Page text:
The end of May of each year usually brings the Society for Scholarly Publishing Annual Meeting. This year, due to public health concerns, it’s been canceled, which is for the best but also brings with it the sadness of not being able to spend time with good friends and colleagues while learning more about the state of our community. But, like many organizations, while the public meeting has been shuttered, the internal board meetings continue (at least virtually), and as part of that I usually prepare a year-to-date report on The Scholarly Kitchen. I thought it would be interesting to look at this unusual year and see how it differs from years past.
The first question I was curious about was how readership was affected during the isolation period over the last few months. Overall readership from January to early May is up 13% over last year. On the surface, it looks like there’s been a big jump in readership, with March 2020 setting an all-time record for pageviews (168,569). But historically we’ve increased our monthly views in March and April of every year since the blog started in 2008 (with the exceptions of April 2016 and March 2017). The increases in readership are generally in line with what we saw last year:
|Year||March (% increase over previous year)||April (% increase over previous year)|
So while we’re definitely growing our audience, it seems in line with our steady year-on-year growth, rather than the pandemic driving some sort of rush to blog reading. Commenting has remained steady after last year’s significant drop at about 11 comments per post.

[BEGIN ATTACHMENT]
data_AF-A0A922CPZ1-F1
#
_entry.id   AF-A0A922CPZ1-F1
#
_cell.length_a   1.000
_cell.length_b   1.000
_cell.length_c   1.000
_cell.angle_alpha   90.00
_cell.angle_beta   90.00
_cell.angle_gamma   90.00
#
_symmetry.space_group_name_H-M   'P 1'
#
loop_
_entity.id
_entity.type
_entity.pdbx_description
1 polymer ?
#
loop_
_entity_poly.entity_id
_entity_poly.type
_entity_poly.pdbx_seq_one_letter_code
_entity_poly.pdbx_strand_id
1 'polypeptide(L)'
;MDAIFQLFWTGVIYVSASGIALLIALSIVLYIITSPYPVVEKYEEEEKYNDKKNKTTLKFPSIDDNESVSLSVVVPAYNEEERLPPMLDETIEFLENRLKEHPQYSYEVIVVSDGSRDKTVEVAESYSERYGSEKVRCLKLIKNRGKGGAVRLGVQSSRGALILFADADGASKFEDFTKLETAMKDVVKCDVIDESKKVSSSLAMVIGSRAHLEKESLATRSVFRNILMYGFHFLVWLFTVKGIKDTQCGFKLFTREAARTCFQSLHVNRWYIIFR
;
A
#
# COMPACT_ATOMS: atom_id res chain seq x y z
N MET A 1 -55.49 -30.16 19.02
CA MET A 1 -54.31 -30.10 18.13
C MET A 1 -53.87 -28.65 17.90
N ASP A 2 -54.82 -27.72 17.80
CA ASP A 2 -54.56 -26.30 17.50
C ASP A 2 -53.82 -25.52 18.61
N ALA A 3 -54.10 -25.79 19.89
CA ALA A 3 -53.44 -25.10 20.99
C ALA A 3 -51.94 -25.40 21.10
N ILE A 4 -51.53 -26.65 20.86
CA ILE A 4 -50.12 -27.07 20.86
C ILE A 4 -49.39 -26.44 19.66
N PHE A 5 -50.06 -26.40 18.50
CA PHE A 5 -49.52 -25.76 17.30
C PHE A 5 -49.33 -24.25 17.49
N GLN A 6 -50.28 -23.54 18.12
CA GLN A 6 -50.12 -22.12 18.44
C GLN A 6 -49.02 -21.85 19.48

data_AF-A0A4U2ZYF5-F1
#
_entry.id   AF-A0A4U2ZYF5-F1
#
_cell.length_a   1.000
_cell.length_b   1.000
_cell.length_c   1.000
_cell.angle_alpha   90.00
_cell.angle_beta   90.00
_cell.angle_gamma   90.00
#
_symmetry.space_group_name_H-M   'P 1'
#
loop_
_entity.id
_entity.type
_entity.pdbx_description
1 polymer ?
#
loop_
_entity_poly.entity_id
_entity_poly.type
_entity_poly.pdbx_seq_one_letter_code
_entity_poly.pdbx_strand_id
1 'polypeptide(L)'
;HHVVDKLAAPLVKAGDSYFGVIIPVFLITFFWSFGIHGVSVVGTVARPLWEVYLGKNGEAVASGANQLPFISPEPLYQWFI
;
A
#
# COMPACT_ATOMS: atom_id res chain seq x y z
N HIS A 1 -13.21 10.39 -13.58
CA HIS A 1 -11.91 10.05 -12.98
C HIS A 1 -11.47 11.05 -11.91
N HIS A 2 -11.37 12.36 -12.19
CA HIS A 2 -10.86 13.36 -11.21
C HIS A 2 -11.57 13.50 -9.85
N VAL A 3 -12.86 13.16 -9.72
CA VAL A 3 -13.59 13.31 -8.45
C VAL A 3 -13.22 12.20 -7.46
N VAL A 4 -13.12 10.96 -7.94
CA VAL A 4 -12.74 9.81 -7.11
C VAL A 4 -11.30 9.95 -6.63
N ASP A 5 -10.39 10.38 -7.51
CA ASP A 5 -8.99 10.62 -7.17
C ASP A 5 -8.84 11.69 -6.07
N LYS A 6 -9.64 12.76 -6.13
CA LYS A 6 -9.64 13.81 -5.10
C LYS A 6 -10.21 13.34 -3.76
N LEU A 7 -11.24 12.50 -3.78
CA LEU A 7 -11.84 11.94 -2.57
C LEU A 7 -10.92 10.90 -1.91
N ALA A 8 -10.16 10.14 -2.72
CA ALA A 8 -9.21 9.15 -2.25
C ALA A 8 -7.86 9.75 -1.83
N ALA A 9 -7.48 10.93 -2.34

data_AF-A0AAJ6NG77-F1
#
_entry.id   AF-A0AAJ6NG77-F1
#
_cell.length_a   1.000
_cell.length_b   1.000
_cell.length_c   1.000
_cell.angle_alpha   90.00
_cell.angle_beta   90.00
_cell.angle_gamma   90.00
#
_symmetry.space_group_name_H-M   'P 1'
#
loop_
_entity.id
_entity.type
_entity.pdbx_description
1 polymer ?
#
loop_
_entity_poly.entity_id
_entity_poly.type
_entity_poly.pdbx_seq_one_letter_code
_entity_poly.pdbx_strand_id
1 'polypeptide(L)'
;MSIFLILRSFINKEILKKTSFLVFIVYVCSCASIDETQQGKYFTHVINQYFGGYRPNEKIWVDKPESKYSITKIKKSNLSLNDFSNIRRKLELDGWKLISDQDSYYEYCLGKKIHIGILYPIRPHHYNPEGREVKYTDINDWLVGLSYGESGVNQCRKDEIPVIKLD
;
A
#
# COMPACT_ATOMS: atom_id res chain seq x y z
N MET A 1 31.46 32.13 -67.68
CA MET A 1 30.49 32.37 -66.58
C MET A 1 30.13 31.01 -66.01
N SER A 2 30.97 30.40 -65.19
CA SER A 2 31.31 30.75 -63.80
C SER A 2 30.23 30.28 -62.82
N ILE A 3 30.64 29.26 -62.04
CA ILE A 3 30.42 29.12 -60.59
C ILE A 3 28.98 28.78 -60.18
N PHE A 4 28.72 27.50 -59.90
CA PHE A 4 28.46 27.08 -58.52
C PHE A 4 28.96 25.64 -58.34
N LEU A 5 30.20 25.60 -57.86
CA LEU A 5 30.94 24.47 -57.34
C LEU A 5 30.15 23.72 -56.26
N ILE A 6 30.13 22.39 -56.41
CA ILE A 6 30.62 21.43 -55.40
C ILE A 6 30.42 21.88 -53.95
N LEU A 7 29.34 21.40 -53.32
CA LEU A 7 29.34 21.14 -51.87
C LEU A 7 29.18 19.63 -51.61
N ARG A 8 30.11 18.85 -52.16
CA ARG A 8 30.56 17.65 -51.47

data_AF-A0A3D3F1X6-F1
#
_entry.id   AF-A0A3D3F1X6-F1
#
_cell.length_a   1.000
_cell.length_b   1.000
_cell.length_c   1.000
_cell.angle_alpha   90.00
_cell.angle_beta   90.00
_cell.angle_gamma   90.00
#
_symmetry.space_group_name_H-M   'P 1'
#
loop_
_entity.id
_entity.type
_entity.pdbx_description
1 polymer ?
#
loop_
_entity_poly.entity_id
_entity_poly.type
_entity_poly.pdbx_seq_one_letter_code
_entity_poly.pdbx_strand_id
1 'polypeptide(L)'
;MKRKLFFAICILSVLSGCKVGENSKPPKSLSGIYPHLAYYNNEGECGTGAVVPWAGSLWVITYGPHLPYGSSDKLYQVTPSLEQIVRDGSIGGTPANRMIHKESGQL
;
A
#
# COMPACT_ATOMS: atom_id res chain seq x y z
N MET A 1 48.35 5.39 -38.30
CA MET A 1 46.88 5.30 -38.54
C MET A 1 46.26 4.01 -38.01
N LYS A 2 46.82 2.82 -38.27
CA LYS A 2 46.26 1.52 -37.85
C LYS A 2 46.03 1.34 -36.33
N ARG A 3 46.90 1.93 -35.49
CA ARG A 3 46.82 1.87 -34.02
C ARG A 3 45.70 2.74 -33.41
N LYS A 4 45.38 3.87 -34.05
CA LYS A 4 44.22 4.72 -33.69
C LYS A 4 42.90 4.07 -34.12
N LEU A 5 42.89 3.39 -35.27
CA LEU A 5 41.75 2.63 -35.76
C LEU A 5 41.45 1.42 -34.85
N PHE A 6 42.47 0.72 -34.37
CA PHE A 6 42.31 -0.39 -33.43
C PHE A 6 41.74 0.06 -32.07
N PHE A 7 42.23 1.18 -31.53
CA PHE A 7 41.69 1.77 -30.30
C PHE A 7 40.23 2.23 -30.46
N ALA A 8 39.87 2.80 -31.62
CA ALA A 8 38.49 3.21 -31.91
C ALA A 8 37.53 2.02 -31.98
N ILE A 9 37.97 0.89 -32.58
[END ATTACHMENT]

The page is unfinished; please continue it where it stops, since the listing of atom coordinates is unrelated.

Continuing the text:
Looking at readership of posts over the last quarter tells the story of where we all currently stand, with readership largely focused on pandemic-related topics (with a few exceptions):
- Guest Post: Think Sci-Hub is Just Downloading PDFs? Think Again
- Building Your Remote Workforce: Including Tips & Tricks for Social Distancing
- New Chinese Policy Could Reshape Global STM Publishing
- Revisiting in a New Light: A Conference Call in Real Life
- Guest Post — Coronavirus is a Wakeup Call for Academic Conferences. Here’s Why
- Academic Libraries at a Pivotal Moment
- Marketing Amidst a Pandemic
- Forecasting the US Higher Education Market: A Primer
- The Internet Archive Chooses Readers
- What Does “Exponential Growth” Mean?
So that’s 8 out of 10 top posts pandemic-related (and given the likely increase in Sci-Hub use with researchers off campus, one could argue that the strong interest in security and privacy implications is also relevant).
That’s a quick look behind the scenes. I hope the information and ideas we’ve covered during this upheaval have been helpful, and I’m sure we’ll continue to think about how our world will evolve as things continue. Given that it’s unlikely we’re going to be able to meet in person for quite a while, I’d encourage everyone to add your voice to the conversation, through our comments or via a guest post. Community remains important, particularly in times of crisis, so please do let us know how we can help.